I just got this picture of one of my 37′ trimaran designs from the old days. It must have been the third or fourth design I ever did. August 1986. Hand drawing days. I’m struck by how good it looks to me at the first telling glance. Cylinder molded plywood epoxy. I hear that it also may be for sale soon.
I got these pictures of one of my cats from Australia’s gold coast. I was told it is about 45 feet and open bridgedeck. I would have guessed is Paul’s Quemarla or however is spelled. Anyone know more about it? I see is named Gato.
I see that Owen has discovered a huge amount of great stuff and will dribble in in this week. I have had some unexpected parent health issues so has been demands on my time last week or two.
Five years ago. Still one of the best sailing videos I’ve ever seen. Simmo Kook did such great editing and sound track. And still one of the best examples that the earth is flat. Simmo from near Genoa, Italy picked a Bakersfield punk-folk garage band as soundtrack. http://www.youtube.com/watch?v=9u6UepbaCKo
I think I forgot to note this when it arrived in April.
ESET is again downloading antivirus definitions so computer is too slow to use to search. It hogs the CPU.
If you want a copy, email me and I can forward the PDF. NVIC 02-16 is 50 pages.
These are the bikes parked out front while the hearty are inside getting painted up. A big enclosed shed and right on the parade route. I know it’s past Solstice. I been scrambling. As before http://multihullblog.com/2014/06/csr-painting/
Long time east Florida catamaran builders Offshore Catamarans has been ramping up. “We now have six builders on payroll not counting me. The shop we are in is rented (80′ clear span} with bigger space available. We build the parts here and do our final assembly at Seminole Boatyard where we can travel lift in cats to 25′ beam and hire a crane for wider.”
This Hughes 36 Day Charter Catamaran USCG Inspected for 24 passengers. This Cat is demountable and can be shipped anywhere in the world. For more information, please visit http://www.offshorecatamarans.com/hughes-36.html Michael Bell 561-714-9045
I recently had to review the complete process of designing a catamaran bow tube with MSC (Marine Safety Center) at the USCG.
The boat in question had a Gold Coast style timber space frame bow tube that had failed.
Usually the GC units are pinned to the hulls to allow movement, but in this case it was bonded, and(or) bolted to the deck. It had cracked, water got in, and it began to rot.
As everybody at MSC is new now, the design assumptions that we have used in the past are no longer valid. In the past I used an aluminum tube section and A frame wires that matched the mast section and shroud diameter. That sounded like voodoo to the new MSC. I had to come up with complete calculations.
I assumed the span for the Eulers column bucking calculations to be between the forestay and the hull; half the overall length.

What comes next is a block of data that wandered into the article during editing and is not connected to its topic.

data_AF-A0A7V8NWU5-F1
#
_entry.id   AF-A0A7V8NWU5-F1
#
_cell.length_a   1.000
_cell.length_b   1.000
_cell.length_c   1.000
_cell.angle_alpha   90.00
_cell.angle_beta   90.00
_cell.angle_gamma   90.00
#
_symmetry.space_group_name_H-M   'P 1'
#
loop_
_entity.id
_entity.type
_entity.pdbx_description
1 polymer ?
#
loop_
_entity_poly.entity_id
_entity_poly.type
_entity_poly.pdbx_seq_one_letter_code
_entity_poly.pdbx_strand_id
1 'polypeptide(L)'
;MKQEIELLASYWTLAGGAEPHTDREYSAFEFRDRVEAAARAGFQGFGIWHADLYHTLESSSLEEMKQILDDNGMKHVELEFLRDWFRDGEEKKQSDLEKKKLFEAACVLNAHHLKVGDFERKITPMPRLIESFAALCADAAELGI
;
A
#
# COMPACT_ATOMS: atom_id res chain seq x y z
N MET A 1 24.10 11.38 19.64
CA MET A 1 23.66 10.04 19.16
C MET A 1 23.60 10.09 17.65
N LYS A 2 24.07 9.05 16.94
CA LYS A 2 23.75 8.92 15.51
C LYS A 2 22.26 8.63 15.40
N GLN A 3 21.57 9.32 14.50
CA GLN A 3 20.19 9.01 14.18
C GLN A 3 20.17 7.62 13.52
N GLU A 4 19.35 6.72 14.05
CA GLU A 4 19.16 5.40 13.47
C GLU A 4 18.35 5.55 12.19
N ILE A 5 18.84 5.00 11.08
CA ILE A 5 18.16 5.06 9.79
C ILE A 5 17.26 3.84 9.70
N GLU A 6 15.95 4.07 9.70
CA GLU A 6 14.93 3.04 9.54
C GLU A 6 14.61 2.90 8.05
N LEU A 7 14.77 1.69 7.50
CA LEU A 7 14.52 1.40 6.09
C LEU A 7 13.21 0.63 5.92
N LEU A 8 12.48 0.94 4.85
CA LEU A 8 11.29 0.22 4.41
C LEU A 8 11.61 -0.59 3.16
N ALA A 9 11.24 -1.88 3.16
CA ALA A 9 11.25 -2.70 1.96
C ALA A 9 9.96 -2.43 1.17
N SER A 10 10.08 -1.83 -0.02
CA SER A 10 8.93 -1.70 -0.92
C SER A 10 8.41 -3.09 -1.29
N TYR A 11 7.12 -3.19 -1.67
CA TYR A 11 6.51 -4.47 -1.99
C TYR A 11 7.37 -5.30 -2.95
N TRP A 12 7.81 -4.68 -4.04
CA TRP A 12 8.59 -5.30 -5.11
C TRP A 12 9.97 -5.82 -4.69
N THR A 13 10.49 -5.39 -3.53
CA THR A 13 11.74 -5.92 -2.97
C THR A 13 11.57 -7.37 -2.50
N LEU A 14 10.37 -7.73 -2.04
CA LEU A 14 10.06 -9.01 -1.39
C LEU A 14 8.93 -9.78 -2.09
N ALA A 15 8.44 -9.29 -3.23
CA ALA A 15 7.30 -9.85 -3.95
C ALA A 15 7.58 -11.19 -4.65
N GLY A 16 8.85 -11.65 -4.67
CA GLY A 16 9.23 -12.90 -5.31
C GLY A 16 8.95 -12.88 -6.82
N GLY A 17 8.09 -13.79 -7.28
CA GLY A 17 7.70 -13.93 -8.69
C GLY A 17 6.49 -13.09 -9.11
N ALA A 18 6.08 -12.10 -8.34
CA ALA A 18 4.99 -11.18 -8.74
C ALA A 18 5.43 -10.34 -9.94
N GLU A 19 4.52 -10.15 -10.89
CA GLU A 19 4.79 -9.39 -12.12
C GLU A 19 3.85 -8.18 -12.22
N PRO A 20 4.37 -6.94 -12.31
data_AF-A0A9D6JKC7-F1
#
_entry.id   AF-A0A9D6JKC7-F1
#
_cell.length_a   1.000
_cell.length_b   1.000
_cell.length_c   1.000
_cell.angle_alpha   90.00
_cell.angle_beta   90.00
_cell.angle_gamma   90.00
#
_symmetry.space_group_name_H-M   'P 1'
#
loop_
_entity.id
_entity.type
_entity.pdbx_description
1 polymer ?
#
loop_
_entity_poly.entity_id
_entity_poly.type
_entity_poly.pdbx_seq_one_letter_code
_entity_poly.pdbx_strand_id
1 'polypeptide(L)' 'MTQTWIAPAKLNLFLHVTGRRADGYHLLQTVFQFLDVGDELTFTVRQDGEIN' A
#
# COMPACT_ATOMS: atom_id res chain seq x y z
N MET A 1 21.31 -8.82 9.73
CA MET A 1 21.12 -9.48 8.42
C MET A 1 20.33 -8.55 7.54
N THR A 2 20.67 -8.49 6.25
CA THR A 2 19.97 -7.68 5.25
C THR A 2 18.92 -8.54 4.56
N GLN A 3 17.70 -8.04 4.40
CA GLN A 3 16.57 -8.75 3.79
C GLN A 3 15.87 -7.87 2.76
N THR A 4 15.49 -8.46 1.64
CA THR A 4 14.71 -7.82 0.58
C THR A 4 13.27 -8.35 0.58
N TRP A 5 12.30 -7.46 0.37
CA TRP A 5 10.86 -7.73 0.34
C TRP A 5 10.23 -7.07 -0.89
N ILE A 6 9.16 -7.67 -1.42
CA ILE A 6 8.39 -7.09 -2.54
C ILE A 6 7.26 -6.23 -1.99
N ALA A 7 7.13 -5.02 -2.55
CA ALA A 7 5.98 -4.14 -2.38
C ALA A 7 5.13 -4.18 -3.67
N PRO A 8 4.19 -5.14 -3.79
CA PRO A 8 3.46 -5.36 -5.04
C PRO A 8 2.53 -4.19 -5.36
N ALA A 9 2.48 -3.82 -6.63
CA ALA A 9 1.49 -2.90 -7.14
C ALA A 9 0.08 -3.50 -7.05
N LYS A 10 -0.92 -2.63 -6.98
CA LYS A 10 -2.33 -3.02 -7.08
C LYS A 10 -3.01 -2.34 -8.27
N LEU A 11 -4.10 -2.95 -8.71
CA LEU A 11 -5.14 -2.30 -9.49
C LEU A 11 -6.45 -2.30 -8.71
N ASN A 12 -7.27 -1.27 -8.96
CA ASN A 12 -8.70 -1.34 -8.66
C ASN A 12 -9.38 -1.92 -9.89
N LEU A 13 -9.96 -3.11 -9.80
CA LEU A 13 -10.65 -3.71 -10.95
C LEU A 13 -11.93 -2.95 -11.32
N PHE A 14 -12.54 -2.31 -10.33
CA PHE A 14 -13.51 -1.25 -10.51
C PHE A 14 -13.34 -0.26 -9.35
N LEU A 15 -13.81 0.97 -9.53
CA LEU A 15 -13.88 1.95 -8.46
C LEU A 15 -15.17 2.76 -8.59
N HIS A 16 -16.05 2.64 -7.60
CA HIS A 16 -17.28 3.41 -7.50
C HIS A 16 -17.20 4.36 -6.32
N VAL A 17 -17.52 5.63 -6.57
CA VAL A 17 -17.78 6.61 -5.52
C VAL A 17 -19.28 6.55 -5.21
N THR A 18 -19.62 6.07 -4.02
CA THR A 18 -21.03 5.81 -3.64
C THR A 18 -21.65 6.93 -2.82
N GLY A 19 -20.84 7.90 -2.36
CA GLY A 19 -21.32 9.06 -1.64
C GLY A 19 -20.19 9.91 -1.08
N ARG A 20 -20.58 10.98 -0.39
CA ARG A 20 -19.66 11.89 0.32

MSC disagreed. I had to use the whole length and assume no support. I argued that the A frame restrained upward buckling, and the forestay restrained it from downward buckling. I finally convinced them. I also noted that as far as I know, not one of my COI cats using my stock bow tube arrangement has ever failed. They were barely impressed.
I was surprised how close the calcs were though. And again, there had never been a failure. I expected generous safety factors.
I realized that several other things help us out.
If the tube was to deflect, it would have to pull the hulls inward. The hulls have huge section properties. The tube is restrained by that.
The load that MSC used was the breaking strength of the forestay. Load cell studies that Roger Hatfield did showed that the forestay is loaded less than the shrouds are. Typically they are the same diameter.
The tube itself resists bending some.
And finally, the weight of the tube, fittings and wires helps resist the forestay load. Not much but some.
All these compensating factors are hard to calculate easily however. But the evidence is that none have failed.
Then I remembered that there was a bow tube on one of my cats that fails regularly, though so far, not catastrophically. It was designed back in the hand drawing days and has a welded moment connection. The welds give out.
It might have still worked except for one thing. The builder freestyled the main beam.
Before designing it, I had just come back from my first MACM composites conference where Dr. Reichard had presented a paper on the structural design of the catamaran Fury. I had used that information to design a main beam that resisted twisting and polar loads also. The fairing I designed flowed into the sides of the hull. It would have been a strong and stiff moment connection.
The builder had heard that Fleury had broken up and he assumed it was the same boat. He told everyone that my design was thus flawed.
A guy wandering by the shop who had seen a Crowther cat in Australia a decade earlier was chosen to design the main beam. It had no twisting nor polar load resistance. So the bows were able to move way too much. And they keep welding it, to this day I assume.
Again, back. I however see that no email will go out today. I’m most of the way through the 500 emails, but after seeing the morning news, I backed up everything before logging on.
That put me into ther time where the Eset anti-virus began uploading anti virus definitions. It slams the CPU up to 100% and it has stayed there since noon today. Nothing else is really possible until it decides it is finished. The email just keeps eternal hourglass going on. They say that you can pause it but it never actually does.
All the email will have to wait until tomorrow.
Out of office next week, 8th through 12th. I will have the workstation with me and it’s squirrel mail. Or text me 206 719 4893.